Ole may be at the wheel, but the vehicle is running dangerously low on nostalgic fumes

Ole Gunnar Solskjaer is and will always be a Manchester United legend. His name was written in Old Trafford folklore the moment he stuck his boot on the end of Teddy Sheringham’s flick-on against Bayern Munich in 1999. A truly excellent player and one all fans will be thankful turned out in red, however… 

A manager – he is not.

Having taken over from Jose Mourinho three years ago, Solskjaer, who was only ever supposed to be a temporary plug, rode an unbeaten run and ended up being appointed on a permanent basis.

Fast forward a few seasons, countless semi-final defeats, Europa League final heartbreak, a 5-0 thumping against rivals Liverpool and things are as bad as they’ve ever been.

But listen – I get it, okay… If Solskjaer lifted a major trophy, most notably the Premier League or Champions League – it would be a romantic fairytale come true.

Manchester United are built upon solid foundations – foundations that incorporate developing youth, as well as having a solid core of backroom staff, so I understand why there is always such a hesitancy to engage in a ‘hire, fire’ culture.

But let’s be honest now – Solskjaer has had his moments – there have been plenty of comeback wins and there’s certainly been an improvement when it comes to shipping out the deadwood.

However – a manager, especially when at the helm of one of Europe’s biggest clubs, is only ever judged based on his win record and his ability to lift trophies – although the Norweigan has yet to win a major trophy, up until recently, he had a decent win record to fall back on – but even that is waning now.

Having just been thumped 5-0 against fierce enemies Liverpool, which, if we’re being brutally honest, wasn’t really a shock, was it?

The Red Devils and have been riding their luck in games for quite some time – had it not have been for megastar Cristiano Ronaldo, Solskjaer wouldn’t even be able to boast recent and narrow wins against Villarreal and Atalanta – both of which are just two examples of when the side left it late to turn up to the party.

Liverpool on Sunday were not Atalanta and they were not Villarreal though – they were the better side in each and every area of the pitch. They went man-for-man and dominated.

Despite being reluctant to give a knee-jerk reaction to what is well up with one of the club’s darkest days – and although in light of the devastating defeat, the heat on Solskjaer will undoubtedly be turned up a notch, there is also a major factor and bigger picture which many are not seeing.

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Make no mistake – although previously shelved – the European Super League (ESL) will happen. It will become a reality, it may not be tomorrow or next season, but within the next five years, it will very much become part of top-flight football.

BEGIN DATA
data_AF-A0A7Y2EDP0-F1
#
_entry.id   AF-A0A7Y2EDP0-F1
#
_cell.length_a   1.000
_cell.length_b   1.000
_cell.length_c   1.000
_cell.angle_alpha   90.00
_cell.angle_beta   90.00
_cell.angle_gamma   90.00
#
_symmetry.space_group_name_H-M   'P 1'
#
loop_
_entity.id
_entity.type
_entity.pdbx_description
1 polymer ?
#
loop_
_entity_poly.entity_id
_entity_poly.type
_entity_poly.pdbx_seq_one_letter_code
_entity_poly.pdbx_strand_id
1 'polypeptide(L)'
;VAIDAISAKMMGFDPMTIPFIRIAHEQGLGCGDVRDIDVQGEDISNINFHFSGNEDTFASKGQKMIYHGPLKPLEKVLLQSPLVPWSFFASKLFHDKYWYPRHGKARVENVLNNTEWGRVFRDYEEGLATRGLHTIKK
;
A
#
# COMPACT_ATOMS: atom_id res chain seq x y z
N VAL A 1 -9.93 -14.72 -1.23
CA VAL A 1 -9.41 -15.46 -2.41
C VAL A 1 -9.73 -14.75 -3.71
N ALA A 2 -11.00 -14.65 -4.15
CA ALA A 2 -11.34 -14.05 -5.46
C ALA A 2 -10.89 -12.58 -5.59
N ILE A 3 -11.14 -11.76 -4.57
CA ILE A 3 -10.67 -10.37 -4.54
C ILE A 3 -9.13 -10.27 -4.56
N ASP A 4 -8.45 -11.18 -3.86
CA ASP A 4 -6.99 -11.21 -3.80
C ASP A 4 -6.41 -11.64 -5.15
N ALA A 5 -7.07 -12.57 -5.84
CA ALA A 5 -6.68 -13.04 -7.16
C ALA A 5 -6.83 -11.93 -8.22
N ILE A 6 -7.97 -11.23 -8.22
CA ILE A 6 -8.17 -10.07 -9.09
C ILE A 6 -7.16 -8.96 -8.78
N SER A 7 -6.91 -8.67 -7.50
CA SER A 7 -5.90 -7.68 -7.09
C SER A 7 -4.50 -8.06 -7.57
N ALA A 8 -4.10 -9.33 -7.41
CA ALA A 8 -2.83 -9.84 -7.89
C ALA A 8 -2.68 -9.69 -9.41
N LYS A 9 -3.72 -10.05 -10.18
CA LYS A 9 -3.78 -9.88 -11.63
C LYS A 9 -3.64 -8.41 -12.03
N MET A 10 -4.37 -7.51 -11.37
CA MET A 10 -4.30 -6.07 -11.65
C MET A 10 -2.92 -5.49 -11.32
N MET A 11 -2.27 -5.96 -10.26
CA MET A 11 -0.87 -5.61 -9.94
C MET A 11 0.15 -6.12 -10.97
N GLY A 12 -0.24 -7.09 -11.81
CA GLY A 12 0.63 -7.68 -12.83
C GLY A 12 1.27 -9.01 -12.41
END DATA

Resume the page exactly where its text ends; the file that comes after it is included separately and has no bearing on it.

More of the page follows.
I mean, come on – you didn’t think clubs all across Europe’s top leagues spent eye-watering sums this summer when their profits fell through the floor over the last 18-months, for no reason, did you?

Look at Newcastle United – recently purchased by mega-wealthy Mohammad Bin Salman for a whopping £300m – regardless of whether or not the Saudi Prince can afford to wipe his arse on gold-encrusted Andrex, no one drops nine figures on a football club that was not supposed to be a part of the original ESL – unless of course, they knew something that we, yet, do not.

There are already leaking reports and documents detailing how a newly reformed ESL would be presented, some of which includes an increase in participating clubs – so really, let’s cut the crap and call the ESL what it is – inevitable.

Now – let’s look at that bigger picture I mentioned – an ESL would be a selection of Europe’s so-called biggest and richest clubs, Manchester United will be a member. They all want to cash in like the biggest online casinos with the belief these football clubs could attract even more cash on an annual basis.

Now, the biggest elephant in the room is how on earth can the Glazers enter their club into what will be the sports’ most lucrative and showcased competition, probably ever, knowing the man in charge of the team isn’t up to scratch?

The short answer is – they can’t.

Whether Manchester United play Liverpool on a Sunday afternoon at Old Trafford, in the Premier League, or if they play Liverpool on a Tuesday night in China in the ESL – the teams are the same. One is guided by one of the world’s best managers, a manager who demands sky-high standards and often gets them. The other is desperately out of his depth and has a CV no more impressive now than it was when he oversaw Cardiff City’s relegation in 2014.

So let’s be real here –

Will the ESL happen? – Yes.

Will the Glazers entrust Solskjaer to oversee Manchester United’s participation? – No.

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One response to “Ole may be at the wheel, but the vehicle is running dangerously low on nostalgic fumes”

  1. Paul S Lott says:

    How Olé is still at the wheel I’ve no idea. But surely the bus has skidded off of the road and flipped over a couple of times and is currently teetering on the edge of a cliff??
    I just don’t understand why he is being left to teeter on the edge of the cliff? But very little that has taken place in the Old Trafford board room since 2013 makes sense does it? Giving Olé a new contract in July 2021???? Ridiculous. Absolutely ridiculous.
    He’s had nearly 3 years and that was (0-5), and it still might be, the perfect time to say thanks and goodbye, you’ve done what you can.
    He’s not going to take us to the next level. No way. His transfer dealings this year have not been good. Team selections are shocking so I think just bite the bullet and get Brendan or Antonio in asap. Put Olé out of his (or our) misery.